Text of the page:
A Streaked Bulbul flew by and gave us a brief glimpse. Next, a bird that I’d been after for a while finally came into view. I’ve seen all of the Malkohas except the Raffle’s Malkoha. One hopped around in the tree tops high overhead. As is typical with malkohas, this one gave us momentary glimpses, but certainly enough to tell what it was.
We were treated to seeing the rare three-colored Prevost’s Squirrel. Yotin was visibly excited about seeing this squirrel. I didn’t see it for a while. It moved to an area where I had a clear sighting. Well, I certainly understood Yotin’s excitement. I joined in the celebration.
A bit further down the trail, a male Rufous-winged Flycatcher landed on a branch not too far from us. We were listening to a couple of Oriental Dwarf Kingfishers at the time. They were not spotted.
Tim and I spotted a Scaly-crowned Babbler with the help of Yotin. We kept hearing the bizarre Green Broadbill. It sounded fairly far away. Suddenly, Yotin whispered to start looking to the left up in the nearby trees. There it was, a stunning male Green Broadbill. Tim was quite tickled by how strange this bird looked with its lime green feathering going almost all the way to the tip of its bill. Tim had voiced his desire to see one of these beauties and I guess he had some good Karma due him. I had the good Karma to be beside him at the time.
A cute little Rufous Piculet made a brief appearance too.
The last bird we’d see was a Black Magpie. It was sitting on its nest. This was a new bird for me.
Khun Yotin Meekaeo, our Gurney’s Pitta liaison, grew up in this area. He knows all of the birds by their calls and behavior. He’s a veritable encyclopedia of bird knowledge. I’ve known him for more than a decade. I used to live in Ao Nang in Krabi in the good old days.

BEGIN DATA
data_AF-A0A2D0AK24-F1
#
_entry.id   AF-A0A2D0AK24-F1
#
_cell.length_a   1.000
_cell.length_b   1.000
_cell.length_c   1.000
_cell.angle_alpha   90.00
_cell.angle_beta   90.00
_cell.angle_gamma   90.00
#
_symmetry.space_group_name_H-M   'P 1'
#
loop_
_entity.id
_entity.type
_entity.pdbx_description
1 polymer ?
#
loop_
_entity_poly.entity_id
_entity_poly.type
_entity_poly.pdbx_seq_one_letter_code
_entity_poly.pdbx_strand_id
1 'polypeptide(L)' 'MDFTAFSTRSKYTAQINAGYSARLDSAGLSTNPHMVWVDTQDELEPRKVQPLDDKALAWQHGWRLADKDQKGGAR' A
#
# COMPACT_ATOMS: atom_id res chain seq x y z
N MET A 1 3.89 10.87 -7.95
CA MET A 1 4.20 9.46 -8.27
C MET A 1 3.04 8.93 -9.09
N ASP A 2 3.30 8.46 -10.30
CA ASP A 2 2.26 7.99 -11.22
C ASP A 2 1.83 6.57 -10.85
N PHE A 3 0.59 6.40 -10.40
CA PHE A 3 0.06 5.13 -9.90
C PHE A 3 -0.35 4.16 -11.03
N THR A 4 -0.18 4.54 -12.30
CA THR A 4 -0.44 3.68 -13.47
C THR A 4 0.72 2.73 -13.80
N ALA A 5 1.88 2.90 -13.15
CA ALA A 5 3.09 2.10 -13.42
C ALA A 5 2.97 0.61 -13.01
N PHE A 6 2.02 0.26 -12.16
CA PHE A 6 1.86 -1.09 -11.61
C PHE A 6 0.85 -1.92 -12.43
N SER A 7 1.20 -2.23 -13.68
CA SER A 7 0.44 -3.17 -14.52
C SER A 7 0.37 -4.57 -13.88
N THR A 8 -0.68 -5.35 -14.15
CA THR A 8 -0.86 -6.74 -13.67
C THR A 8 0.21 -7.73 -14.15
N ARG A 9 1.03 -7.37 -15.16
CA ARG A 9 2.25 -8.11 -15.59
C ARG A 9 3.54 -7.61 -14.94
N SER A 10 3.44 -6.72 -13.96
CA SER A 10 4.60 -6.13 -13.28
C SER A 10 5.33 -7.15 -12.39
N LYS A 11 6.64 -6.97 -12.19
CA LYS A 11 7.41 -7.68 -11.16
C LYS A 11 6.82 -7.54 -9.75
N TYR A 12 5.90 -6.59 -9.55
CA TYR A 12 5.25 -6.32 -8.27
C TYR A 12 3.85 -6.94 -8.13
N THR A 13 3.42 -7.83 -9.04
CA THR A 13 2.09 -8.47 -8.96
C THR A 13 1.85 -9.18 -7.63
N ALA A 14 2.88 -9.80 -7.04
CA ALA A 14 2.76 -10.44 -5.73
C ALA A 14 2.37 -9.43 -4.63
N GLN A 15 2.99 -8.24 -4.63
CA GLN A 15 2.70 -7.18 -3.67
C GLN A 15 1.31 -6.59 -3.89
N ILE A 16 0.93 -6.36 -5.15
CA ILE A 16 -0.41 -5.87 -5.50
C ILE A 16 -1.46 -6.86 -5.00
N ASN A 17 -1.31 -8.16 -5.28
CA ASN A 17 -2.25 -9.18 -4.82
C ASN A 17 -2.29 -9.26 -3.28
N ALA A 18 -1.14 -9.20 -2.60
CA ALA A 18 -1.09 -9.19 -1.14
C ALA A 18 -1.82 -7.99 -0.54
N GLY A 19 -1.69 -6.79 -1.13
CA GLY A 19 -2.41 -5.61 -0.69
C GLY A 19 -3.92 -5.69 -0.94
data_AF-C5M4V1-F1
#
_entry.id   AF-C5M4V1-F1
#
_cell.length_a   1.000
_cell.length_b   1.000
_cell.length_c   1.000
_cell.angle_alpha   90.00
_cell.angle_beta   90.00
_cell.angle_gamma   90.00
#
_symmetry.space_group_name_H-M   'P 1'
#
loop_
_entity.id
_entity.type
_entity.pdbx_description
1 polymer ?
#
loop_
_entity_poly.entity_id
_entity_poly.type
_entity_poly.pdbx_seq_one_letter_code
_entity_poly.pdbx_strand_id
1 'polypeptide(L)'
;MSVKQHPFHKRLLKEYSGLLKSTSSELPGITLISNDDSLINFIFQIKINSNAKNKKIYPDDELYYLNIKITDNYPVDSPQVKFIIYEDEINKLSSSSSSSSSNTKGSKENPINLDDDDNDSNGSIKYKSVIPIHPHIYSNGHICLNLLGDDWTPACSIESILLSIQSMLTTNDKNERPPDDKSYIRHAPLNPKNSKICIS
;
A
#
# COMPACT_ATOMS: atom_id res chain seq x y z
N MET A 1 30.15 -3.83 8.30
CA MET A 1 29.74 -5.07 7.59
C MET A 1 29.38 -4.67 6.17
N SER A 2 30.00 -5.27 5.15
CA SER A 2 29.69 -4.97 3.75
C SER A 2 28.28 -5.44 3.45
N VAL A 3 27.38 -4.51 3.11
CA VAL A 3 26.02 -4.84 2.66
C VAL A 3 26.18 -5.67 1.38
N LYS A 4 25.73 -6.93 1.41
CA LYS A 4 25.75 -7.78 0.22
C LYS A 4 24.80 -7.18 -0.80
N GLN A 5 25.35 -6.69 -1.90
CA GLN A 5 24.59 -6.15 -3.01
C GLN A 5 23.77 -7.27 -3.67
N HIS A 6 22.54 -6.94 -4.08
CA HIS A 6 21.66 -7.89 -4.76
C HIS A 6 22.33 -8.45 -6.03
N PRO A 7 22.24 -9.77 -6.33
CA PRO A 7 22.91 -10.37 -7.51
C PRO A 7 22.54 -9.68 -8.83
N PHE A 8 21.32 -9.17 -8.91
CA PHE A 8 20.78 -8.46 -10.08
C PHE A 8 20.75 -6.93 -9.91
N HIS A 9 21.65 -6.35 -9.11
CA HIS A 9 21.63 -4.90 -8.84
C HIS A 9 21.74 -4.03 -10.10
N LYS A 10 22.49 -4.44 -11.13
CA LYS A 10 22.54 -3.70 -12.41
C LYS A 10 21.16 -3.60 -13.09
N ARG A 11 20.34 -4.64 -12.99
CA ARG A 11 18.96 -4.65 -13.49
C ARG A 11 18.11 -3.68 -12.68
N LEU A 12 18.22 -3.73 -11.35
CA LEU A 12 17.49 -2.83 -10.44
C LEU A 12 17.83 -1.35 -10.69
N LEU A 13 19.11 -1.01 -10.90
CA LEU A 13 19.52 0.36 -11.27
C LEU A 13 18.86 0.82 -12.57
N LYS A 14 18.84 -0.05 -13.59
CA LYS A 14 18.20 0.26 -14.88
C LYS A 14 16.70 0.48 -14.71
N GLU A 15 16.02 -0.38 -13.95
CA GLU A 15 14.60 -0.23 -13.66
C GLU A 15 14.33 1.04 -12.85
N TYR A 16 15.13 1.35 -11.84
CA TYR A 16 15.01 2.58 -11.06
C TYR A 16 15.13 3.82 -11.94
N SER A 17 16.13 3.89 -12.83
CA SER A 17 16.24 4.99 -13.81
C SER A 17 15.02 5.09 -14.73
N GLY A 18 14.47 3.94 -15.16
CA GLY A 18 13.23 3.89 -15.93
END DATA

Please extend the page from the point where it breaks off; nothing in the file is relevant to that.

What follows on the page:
Tim and I were mesmerized by his knowledge of calls and bird behavior. We learned that all of the Asian Paradise Flycatchers, a bird that is common in Khao Nor Chuchi and Khao Sok National Park, start out life in the rufous morph. The males turn white when mature. Yotin gave constant commentary on all of the birds that we came across. Tim in Khao Sok
If you’re planning a trip to Khao Nor Chuchi, you simply must spend at least a half-day with Yotin. He’s not cheap, but if you’re serious about birding, he’s your absolute best bet. He claims to have about an 80% success rate on seeing the Gurney’s Pitta! How impressive is that!
Tim and I headed to Khao Sok after our KNC experience. Tim wanted to see some hornbills and I know exactly where to find them no matter which month. Tim especially wanted to see the Helmeted Hornbill and the Great Hornbill. He did. Not only did we see them, but we saw a few of them. Some Helmeted Hornbills were feeding on fruit high up in the canopy. Their crazy call alerted us to their whereabouts. We both giggled and gave them the big ‘thumbs up’ sign.
Red Junglefowl (Male + Female)
Great Argus (heard several times only)
Greater Flameback Woodpecker
Ruby-cheeked Sunbird (M +F)
White-crowned Hornbill (F)
Blue-winged Leafbird (M)
Blue Rock Thrush
Great Slaty Woodpecker
The combination of both Khao Nor Chuchi and Khao Sok allowed us the variety of terrain to see a wonderful variety of birds. I didn't list all of the common birds that we saw, even though they would be new birds for many a birder's life list.